7

I was helping a friend expand the width of a closet door, and when we pulled the drywall off the interior wall frame, we noticed some 45-degree wall braces in the interior wall.

I am pretty sure they are just for convenience during construction (e.g. a bother to remove once the frames are fully built or just there for drywall to be nailed into).

However, I am not an expert, so I wasn't sure if these were structural (maybe some type of shear wall support?) or not. In case it matters, the house was built in 1951 and is in western Georgia. All the wooden beams, including the angled ones, are held in place with 4inch nails.

Are these angle braces safe to remove and leave out? The entire cutaway area (sans drywall) would be a closet door with a frame of two 2x4s above and a vertical 2x4 on either side.

Head-on view

Angle view with window/exterior wall in frame

Closeup view

  • 2
    Not that it matters much, but this is not 45° – pipe Jan 4 at 9:26
  • @pipe I'm aware, I just felt like it was the easiest descriptor that would be easily recognized as "not at a right angle", short of whipping out a protractor. – TylerH Jan 4 at 14:43
3

Temporary braces are nailed to the face of the wall, not fit into it. That was intended as a structural member by the carpenter.

That said, it's almost certainly not critical. The entirety of the other nearby walls and the roof structure likely provide many times what that one brace does in diagonal support. Also, you don't see that technique used anymore.

I wouldn't hesitate to remove the portion that impedes your progress.

I do suggest a doubled stud, however, and you might want to orient at least one of your header members vertically, for stiffness:

 __
|  |
|  |
|  |
|__|____
|_______|
  • When you say orient one header vertically, do you mean like |_ as opposed to || (looking down the long axis of the headers)? – TylerH Jan 4 at 2:52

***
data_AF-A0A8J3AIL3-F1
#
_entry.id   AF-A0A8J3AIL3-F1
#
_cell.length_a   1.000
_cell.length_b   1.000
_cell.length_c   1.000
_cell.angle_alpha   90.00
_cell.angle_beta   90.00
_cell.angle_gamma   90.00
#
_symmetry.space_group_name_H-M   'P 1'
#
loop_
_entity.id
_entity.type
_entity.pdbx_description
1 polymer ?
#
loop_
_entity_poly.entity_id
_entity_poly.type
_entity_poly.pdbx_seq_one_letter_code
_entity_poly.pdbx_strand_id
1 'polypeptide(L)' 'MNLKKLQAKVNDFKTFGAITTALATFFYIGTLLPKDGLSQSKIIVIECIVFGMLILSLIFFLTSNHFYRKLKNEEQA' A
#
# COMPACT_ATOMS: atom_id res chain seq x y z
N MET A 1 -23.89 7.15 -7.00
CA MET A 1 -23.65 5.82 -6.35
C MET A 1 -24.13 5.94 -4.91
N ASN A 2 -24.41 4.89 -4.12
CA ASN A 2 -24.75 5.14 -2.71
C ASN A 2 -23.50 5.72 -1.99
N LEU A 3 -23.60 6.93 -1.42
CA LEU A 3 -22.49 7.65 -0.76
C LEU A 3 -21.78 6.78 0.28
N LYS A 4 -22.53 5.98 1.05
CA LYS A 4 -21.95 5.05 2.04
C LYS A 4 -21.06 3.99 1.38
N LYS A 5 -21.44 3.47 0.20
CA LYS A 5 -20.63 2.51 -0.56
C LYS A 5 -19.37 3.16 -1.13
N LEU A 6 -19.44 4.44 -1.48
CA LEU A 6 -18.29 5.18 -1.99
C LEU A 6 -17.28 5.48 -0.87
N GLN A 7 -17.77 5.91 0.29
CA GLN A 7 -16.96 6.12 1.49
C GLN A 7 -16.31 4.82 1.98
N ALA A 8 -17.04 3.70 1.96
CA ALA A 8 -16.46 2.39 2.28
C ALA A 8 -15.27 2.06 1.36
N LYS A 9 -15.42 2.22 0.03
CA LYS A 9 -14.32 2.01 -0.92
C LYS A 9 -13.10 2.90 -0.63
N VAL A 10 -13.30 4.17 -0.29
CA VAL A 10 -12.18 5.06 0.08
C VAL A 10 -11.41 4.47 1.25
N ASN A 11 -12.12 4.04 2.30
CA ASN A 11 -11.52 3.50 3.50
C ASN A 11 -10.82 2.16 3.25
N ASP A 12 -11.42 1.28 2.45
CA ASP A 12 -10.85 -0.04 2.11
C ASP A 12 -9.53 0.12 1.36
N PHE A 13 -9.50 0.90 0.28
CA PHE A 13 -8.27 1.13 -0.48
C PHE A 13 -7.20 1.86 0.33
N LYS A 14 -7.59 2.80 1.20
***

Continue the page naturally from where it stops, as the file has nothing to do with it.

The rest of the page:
• 1
    @TylerH - No, he means |_ as opposed to = – AndyT Jan 4 at 9:07
  • @AndyT I see. Well, the plan was to go with || originally, not =; I'm not sure if the wall framing can fit something in the shape of |_, but since isherwood said "at least one", I assume || is best. – TylerH Jan 4 at 14:45
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    You'd put the horizontal member on the bottom. – isherwood Jan 4 at 14:47
  • @TylerH - Looking on plan, the studs in a wall look something like: | | | | | |. In order to then have your header the same width as the studs, your header is then laid flat / horizontally, i.e. like _ when looking down its axis. isherwood's recommendation is to do a doubled header, with the second header rotated to give greater vertical bending stiffness. – AndyT Jan 4 at 14:52
5

Sometimes framing of a short internal wall that TEE's into an exterior wall is braced that way if the exterior wall is:

  1. The exterior wall extends a long distance on either side of the TEE
  2. And the exterior wall is parallel to ceiling joists and floor joists
  3. And has a high gable end wall above this area.

Intention was to eliminate a lot of flex in the exterior wall both during construction and when there is possibility of large gusty wind loads on the wall. You will see less of this with much construction moving toward 2x6 studding for exterior walls. Metal X banding nailed to the face of the studs is also a better way to achieve this result.

Repeating from Isherwood. Make sure to put double stud at the left and right side of your opening. A single 2x4 is just not stiff enough and you will really appreciate it being there when you come to install door casing or trim.

  • The last reno I did on a balloon construction, the bisecting (middle) interior walls on both floors were to be sheathed in plywood to prevent racking of the house. – Mazura Jan 4 at 5:29
2

We have a few of those in our walls. Local code does not require them but our builder was from a place with an appreciable earthquake threat and it was cheaper to build with the existing plans than draw up new ones lacking the earthquake bracing.

Unless the builder was lying that's earthquake bracing.

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